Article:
New MH370 report says no cause determined

Hannah Rogers
July 30, 2018

A 1,500 page report from the Malaysian government on missing Malaysia flight MH370 has answered few questions, but it has responded to numerous conspiracy theories surrounding the plane's disappearance. However, he said the possibility could not be ruled out as the plane was turned around manually.

He also reiterated that the aspiration to locate MH370 has not been abandoned following ICAO's MH370 Safety Investigation Report concluding the investigation team was unable to determine the real cause of the aircraft's disappearance four years ago.

Chief investigator Kok Soo Chon said the cause of the disappearance can not be determined until the wreckage and the plane's black boxes are found.

Arriving at the transport ministry to receive the report, Nurlaila Ngah, whose husband Wan Swaid Wan Ismail was an MH370 crew member, said she was hoping for a "solid answer" about what happened that could give relatives some closure.

The Boeing 777 jet vanished in March 2014 with 239 people - mostly from China - on board, en route from Kuala Lumpur to Beijing.

The turn-back "was not because of anomalies in the mechanical systems. we can confirm the turn-back. was made under manual control". Kok said the investigators examined the history of the pilot and the first officer, and they were satisfied with their background and training and mental health.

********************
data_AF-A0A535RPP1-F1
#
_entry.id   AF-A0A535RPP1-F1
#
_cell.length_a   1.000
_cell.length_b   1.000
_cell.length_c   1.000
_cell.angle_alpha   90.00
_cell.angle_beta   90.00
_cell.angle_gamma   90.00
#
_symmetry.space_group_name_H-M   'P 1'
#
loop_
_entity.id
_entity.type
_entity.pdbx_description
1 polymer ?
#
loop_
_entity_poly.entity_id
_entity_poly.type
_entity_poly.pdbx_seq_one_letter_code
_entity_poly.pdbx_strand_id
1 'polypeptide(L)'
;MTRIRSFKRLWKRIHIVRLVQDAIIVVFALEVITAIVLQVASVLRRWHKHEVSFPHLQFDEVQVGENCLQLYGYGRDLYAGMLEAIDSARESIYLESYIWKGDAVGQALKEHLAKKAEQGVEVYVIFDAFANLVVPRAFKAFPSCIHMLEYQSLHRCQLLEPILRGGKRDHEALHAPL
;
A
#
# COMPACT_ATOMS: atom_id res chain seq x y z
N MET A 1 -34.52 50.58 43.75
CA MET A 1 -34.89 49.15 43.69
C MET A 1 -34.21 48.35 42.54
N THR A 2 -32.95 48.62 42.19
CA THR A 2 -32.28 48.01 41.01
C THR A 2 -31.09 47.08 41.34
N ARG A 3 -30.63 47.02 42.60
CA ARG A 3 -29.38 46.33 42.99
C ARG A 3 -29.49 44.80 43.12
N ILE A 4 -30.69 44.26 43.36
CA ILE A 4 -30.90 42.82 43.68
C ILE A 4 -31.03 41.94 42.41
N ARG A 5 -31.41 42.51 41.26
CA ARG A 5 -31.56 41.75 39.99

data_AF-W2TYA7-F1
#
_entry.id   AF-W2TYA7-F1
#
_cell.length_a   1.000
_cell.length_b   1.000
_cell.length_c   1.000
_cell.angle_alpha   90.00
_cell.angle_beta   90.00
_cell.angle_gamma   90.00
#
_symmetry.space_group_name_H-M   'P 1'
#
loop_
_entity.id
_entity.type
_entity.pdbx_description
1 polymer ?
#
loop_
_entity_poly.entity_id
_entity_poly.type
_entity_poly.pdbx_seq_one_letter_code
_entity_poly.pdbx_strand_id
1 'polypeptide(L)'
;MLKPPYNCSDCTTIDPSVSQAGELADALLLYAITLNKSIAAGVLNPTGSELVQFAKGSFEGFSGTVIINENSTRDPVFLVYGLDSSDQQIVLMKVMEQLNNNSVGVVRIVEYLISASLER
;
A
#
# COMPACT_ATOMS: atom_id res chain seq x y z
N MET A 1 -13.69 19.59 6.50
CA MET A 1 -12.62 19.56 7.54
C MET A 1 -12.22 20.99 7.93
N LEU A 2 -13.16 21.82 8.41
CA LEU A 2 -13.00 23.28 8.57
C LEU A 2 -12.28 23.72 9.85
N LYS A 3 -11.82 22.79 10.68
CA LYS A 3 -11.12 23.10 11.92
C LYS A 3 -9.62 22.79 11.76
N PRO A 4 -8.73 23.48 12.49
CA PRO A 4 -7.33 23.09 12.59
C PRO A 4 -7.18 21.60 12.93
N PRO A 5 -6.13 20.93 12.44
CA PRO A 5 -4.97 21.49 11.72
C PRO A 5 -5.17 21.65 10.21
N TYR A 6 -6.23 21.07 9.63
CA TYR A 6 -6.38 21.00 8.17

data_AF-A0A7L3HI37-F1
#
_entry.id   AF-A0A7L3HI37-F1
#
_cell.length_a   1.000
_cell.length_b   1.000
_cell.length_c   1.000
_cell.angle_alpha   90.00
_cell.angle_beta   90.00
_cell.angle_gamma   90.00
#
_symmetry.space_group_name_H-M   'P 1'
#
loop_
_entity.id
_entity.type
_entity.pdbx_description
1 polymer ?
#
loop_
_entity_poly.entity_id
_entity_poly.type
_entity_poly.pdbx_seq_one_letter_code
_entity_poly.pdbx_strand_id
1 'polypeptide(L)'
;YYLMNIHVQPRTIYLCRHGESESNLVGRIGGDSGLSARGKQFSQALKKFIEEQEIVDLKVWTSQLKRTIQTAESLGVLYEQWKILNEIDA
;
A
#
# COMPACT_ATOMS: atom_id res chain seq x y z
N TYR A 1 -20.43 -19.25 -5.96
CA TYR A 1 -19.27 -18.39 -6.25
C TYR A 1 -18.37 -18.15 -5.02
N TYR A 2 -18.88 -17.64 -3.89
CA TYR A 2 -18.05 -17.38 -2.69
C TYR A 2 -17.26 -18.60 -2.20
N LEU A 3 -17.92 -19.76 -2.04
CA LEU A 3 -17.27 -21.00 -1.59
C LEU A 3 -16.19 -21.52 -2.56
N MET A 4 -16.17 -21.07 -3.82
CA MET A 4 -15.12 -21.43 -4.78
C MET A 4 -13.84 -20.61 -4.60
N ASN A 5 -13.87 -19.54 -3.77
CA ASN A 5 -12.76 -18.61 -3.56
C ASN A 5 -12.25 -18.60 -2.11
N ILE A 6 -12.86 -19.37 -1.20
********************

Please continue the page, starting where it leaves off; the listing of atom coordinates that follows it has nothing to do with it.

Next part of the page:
There was a 2.4-ton shipment of lithium ion batteries on board that had not been scanned because there were no X-ray machines big enough, as well as 4.5 tons of mangosteen fruit.

Nathan said "there is nothing new [in the report], but it highlighting failings of some government agencies".

She said that the meeting between relatives and officials descended into a "shouting match" as family members' frustration boiled over.

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The last communication from the plane was from the Captain Zaharie Ahmad Shah who signed off with "Good night, Malaysian three seven zero", as the plane left the Malaysian airspace.

Mr Loke vowed earlier this month that "every word recorded by the investigation team will be tabled in this report".

The report documented shortcomings among Kuala Lumpur air traffic controllers: they were too slow to initiate emergency procedures and there was no evidence to suggest they were continuously monitoring radar displays, it said.

Since then the cause of one of the world's greatest aviation mysteries has never been solved.

It was the second major search after Australia, China and Malaysia ended a fruitless A$200 million ($147.06 million) search across an area of 120,000 sq km (46,332 sq miles) past year.

Worldwide media reported that some family members were so angry they stormed out of a private briefing ahead of the official release of the report in Kuala Lumpur.

Several theories have emerged about how the plane disappeared, with some suggesting it was hijacked, while others believe someone on board may have deliberately turned off the plane's transponder before diverting it over the Indian Ocean.

Pieces of aircraft debris found washed up on the coast of east Africa and the French island of Réunion, thousands of kilometers from the likely crash site, were confirmed to be from the Boeing Co.

Some say this could be down to a deliberate hijacking in which someone damaged the oxygen supply or some kind of accident that harmed the plane's mechanics and affect the plane's oxygen levels.

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